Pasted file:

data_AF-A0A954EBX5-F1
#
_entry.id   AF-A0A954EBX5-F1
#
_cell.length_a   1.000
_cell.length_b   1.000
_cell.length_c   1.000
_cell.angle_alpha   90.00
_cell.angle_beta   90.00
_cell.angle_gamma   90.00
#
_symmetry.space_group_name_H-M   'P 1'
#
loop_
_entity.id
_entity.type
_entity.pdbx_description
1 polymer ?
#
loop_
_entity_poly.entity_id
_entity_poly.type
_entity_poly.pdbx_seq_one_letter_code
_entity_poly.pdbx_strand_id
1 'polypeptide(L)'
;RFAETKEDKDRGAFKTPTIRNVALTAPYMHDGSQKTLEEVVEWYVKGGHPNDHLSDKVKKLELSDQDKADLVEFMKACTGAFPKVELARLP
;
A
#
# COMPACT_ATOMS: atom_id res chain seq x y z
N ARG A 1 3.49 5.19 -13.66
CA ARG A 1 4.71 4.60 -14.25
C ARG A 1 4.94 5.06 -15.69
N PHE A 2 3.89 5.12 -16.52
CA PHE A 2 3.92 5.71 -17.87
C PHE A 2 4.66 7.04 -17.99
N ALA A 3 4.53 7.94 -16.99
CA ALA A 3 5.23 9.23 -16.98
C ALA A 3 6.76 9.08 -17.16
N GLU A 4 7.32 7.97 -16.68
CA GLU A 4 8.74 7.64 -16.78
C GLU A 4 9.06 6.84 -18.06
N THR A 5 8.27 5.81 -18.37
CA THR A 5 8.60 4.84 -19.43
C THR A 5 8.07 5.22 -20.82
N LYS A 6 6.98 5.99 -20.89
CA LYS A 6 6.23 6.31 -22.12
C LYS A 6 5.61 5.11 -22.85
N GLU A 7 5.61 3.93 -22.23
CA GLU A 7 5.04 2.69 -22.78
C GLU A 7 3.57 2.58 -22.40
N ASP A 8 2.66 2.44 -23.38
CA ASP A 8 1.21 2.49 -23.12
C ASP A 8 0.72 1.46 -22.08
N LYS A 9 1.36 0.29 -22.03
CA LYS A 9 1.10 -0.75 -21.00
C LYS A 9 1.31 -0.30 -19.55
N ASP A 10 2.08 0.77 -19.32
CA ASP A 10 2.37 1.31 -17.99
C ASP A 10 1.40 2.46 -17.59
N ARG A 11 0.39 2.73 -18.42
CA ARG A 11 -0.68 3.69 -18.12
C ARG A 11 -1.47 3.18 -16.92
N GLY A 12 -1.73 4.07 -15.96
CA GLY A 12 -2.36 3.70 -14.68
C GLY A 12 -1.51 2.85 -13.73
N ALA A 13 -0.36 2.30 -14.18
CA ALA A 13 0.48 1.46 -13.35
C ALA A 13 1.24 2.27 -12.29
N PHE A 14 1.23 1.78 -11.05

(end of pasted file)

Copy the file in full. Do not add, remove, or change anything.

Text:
data_AF-A0A954EBX5-F1
#
_entry.id   AF-A0A954EBX5-F1
#
_cell.length_a   1.000
_cell.length_b   1.000
_cell.length_c   1.000
_cell.angle_alpha   90.00
_cell.angle_beta   90.00
_cell.angle_gamma   90.00
#
_symmetry.space_group_name_H-M   'P 1'
#
loop_
_entity.id
_entity.type
_entity.pdbx_description
1 polymer ?
#
loop_
_entity_poly.entity_id
_entity_poly.type
_entity_poly.pdbx_seq_one_letter_code
_entity_poly.pdbx_strand_id
1 'polypeptide(L)'
;RFAETKEDKDRGAFKTPTIRNVALTAPYMHDGSQKTLEEVVEWYVKGGHPNDHLSDKVKKLELSDQDKADLVEFMKACTGAFPKVELARLP
;
A
#
# COMPACT_ATOMS: atom_id res chain seq x y z
N ARG A 1 3.49 5.19 -13.66
CA ARG A 1 4.71 4.60 -14.25
C ARG A 1 4.94 5.06 -15.69
N PHE A 2 3.89 5.12 -16.52
CA PHE A 2 3.92 5.71 -17.87
C PHE A 2 4.66 7.04 -17.99
N ALA A 3 4.53 7.94 -16.99
CA ALA A 3 5.23 9.23 -16.98
C ALA A 3 6.76 9.08 -17.16
N GLU A 4 7.32 7.97 -16.68
CA GLU A 4 8.74 7.64 -16.78
C GLU A 4 9.06 6.84 -18.06
N THR A 5 8.27 5.81 -18.37
CA THR A 5 8.60 4.84 -19.43
C THR A 5 8.07 5.22 -20.82
N LYS A 6 6.98 5.99 -20.89
CA LYS A 6 6.23 6.31 -22.12
C LYS A 6 5.61 5.11 -22.85
N GLU A 7 5.61 3.93 -22.23
CA GLU A 7 5.04 2.69 -22.78
C GLU A 7 3.57 2.58 -22.40
N ASP A 8 2.66 2.44 -23.38
CA ASP A 8 1.21 2.49 -23.12
C ASP A 8 0.72 1.46 -22.08
N LYS A 9 1.36 0.29 -22.03
CA LYS A 9 1.10 -0.75 -21.00
C LYS A 9 1.31 -0.30 -19.55
N ASP A 10 2.08 0.77 -19.32
CA ASP A 10 2.37 1.31 -17.99
C ASP A 10 1.40 2.46 -17.59
N ARG A 11 0.39 2.73 -18.42
CA ARG A 11 -0.68 3.69 -18.12
C ARG A 11 -1.47 3.18 -16.92
N GLY A 12 -1.73 4.07 -15.96
CA GLY A 12 -2.36 3.70 -14.68
C GLY A 12 -1.51 2.85 -13.73
N ALA A 13 -0.36 2.30 -14.18
CA ALA A 13 0.48 1.46 -13.35
C ALA A 13 1.24 2.27 -12.29
N PHE A 14 1.23 1.78 -11.05